No, the servers are decommissioned, so the data is gone I’m afraid.


Again, your answers are spot-on.
Fully agree, once my logic in implemented and all my virtual write and read functions from legacy 1.0 are converted to mqtt protocol, hence topic subscribe and post, I guess I will be way more flexible than I was before and get all other benefits such as Alexa integrations etc. (although I do not need them for now). This keeps me very excited though as this additional flexibility will pay off in the end I think.

Your answer in relation to webhooks, I fully agree. I actually already implemented part of the webhook nodered thingspeak nodes, you are fully right here.

Another question:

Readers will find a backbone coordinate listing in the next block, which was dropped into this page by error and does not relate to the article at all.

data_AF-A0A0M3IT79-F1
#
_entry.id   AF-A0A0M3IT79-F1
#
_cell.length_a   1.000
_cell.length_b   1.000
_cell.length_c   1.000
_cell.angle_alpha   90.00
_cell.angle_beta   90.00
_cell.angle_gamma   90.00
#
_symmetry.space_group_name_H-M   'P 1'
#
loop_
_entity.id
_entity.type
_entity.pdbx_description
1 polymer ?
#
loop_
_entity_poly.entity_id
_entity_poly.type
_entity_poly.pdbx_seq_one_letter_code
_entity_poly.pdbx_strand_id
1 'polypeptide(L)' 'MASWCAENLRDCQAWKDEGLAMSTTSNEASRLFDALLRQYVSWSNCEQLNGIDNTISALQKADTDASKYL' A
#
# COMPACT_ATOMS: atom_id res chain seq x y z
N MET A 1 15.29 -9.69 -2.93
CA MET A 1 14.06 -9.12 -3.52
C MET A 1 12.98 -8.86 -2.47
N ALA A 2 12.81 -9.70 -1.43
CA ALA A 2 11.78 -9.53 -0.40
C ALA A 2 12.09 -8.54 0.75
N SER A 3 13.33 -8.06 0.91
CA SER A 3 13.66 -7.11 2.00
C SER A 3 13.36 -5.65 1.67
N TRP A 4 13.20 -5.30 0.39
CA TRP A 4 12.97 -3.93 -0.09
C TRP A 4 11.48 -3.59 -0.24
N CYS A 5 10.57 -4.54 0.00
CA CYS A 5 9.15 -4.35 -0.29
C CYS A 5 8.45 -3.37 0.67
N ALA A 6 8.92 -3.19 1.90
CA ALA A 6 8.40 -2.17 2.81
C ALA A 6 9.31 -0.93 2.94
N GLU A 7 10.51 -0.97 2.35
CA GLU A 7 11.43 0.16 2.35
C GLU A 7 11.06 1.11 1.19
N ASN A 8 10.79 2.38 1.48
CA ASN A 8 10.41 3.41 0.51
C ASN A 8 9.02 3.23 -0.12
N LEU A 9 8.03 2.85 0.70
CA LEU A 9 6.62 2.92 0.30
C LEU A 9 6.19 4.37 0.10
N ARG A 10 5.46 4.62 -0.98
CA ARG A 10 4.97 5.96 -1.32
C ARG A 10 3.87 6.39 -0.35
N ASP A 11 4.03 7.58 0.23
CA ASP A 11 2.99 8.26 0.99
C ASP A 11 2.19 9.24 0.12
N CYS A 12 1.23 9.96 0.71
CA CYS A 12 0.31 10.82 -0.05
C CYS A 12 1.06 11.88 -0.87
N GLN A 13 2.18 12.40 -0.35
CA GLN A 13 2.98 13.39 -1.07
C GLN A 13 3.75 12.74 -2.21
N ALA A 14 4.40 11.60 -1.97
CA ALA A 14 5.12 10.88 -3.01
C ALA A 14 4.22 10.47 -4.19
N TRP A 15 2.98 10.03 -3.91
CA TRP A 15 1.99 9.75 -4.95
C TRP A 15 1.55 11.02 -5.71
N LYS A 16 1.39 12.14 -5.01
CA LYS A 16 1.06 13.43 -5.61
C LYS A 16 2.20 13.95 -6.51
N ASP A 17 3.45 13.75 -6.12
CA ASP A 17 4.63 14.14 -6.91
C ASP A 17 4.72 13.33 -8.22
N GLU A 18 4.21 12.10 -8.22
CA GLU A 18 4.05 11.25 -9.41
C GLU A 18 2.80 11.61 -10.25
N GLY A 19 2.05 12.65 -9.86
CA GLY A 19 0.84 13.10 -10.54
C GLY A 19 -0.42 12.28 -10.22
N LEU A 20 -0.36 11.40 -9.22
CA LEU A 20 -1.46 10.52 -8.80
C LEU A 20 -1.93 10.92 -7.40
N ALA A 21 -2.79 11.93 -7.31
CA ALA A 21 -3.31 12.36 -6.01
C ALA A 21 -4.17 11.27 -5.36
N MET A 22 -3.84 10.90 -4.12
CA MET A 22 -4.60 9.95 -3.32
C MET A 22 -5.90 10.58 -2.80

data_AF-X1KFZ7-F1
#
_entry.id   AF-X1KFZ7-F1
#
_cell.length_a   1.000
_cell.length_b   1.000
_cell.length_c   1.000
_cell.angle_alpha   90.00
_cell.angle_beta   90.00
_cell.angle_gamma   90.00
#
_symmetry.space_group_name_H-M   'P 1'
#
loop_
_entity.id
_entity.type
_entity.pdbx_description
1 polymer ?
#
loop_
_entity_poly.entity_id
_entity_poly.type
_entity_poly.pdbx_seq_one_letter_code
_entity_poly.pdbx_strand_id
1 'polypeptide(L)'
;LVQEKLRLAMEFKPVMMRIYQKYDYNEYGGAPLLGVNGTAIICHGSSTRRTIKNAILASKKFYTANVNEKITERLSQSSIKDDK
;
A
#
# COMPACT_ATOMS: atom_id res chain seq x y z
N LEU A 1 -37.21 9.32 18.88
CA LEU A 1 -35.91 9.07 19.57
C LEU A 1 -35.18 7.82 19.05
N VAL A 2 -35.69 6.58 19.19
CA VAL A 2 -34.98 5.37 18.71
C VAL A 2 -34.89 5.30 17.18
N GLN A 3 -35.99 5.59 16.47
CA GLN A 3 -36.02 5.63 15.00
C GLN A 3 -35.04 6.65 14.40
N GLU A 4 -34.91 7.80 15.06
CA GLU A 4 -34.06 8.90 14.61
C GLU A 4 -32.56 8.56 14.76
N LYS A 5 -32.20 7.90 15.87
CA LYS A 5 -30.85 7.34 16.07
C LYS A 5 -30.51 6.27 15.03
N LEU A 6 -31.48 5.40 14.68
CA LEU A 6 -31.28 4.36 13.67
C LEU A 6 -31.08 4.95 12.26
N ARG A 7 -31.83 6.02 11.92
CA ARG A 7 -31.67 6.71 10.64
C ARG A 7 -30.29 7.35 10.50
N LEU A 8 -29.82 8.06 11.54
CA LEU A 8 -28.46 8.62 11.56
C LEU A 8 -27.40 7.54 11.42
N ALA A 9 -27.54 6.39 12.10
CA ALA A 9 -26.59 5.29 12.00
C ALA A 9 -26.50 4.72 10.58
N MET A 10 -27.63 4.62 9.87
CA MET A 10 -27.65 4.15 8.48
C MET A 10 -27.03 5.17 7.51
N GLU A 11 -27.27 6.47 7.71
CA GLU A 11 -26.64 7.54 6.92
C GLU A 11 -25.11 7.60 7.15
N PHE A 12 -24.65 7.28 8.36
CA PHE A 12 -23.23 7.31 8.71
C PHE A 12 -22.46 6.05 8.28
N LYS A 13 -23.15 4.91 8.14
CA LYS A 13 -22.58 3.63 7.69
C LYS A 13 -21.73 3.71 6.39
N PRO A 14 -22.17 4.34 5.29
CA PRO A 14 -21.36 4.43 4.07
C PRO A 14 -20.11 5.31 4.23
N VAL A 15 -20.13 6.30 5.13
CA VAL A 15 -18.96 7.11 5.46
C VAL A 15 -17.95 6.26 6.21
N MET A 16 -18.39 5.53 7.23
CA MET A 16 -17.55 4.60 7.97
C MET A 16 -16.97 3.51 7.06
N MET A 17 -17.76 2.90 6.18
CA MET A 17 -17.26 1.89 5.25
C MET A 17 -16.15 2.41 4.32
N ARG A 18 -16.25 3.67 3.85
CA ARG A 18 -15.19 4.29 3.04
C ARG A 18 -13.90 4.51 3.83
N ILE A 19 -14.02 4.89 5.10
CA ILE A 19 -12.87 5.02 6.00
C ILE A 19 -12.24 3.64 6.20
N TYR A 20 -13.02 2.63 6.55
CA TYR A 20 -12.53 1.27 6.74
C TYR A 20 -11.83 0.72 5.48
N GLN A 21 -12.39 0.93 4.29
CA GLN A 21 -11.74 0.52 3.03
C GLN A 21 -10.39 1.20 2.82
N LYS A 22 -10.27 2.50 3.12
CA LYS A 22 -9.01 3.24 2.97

I also had used the bridge function with blynk legacy. What do you suggest here? As I was sending arrays of integers, I would like to replicate this as much as possible. Would you suggest to use:

ESP NOW to communicate between ESP clients (ESP-B send data to ESP-A via ESP NOW) and local MQTT to communicate between Node Red on a RSP-PI as broker and ESP-A as client?

Or alternatively ESP-A to ESP-B via MQTT broker via MQTT protocol? Can you actually send array of data? Double/floats etc?

Many questions but very relevant in my eyes…

Approach B, or a variation on it, is the way to go.

You can build a collection of data, either delimited or as JSON, but I wouldn’t bother.
You’ll probably find it easier to send each piece of data as a separate MQTT message to its own topic.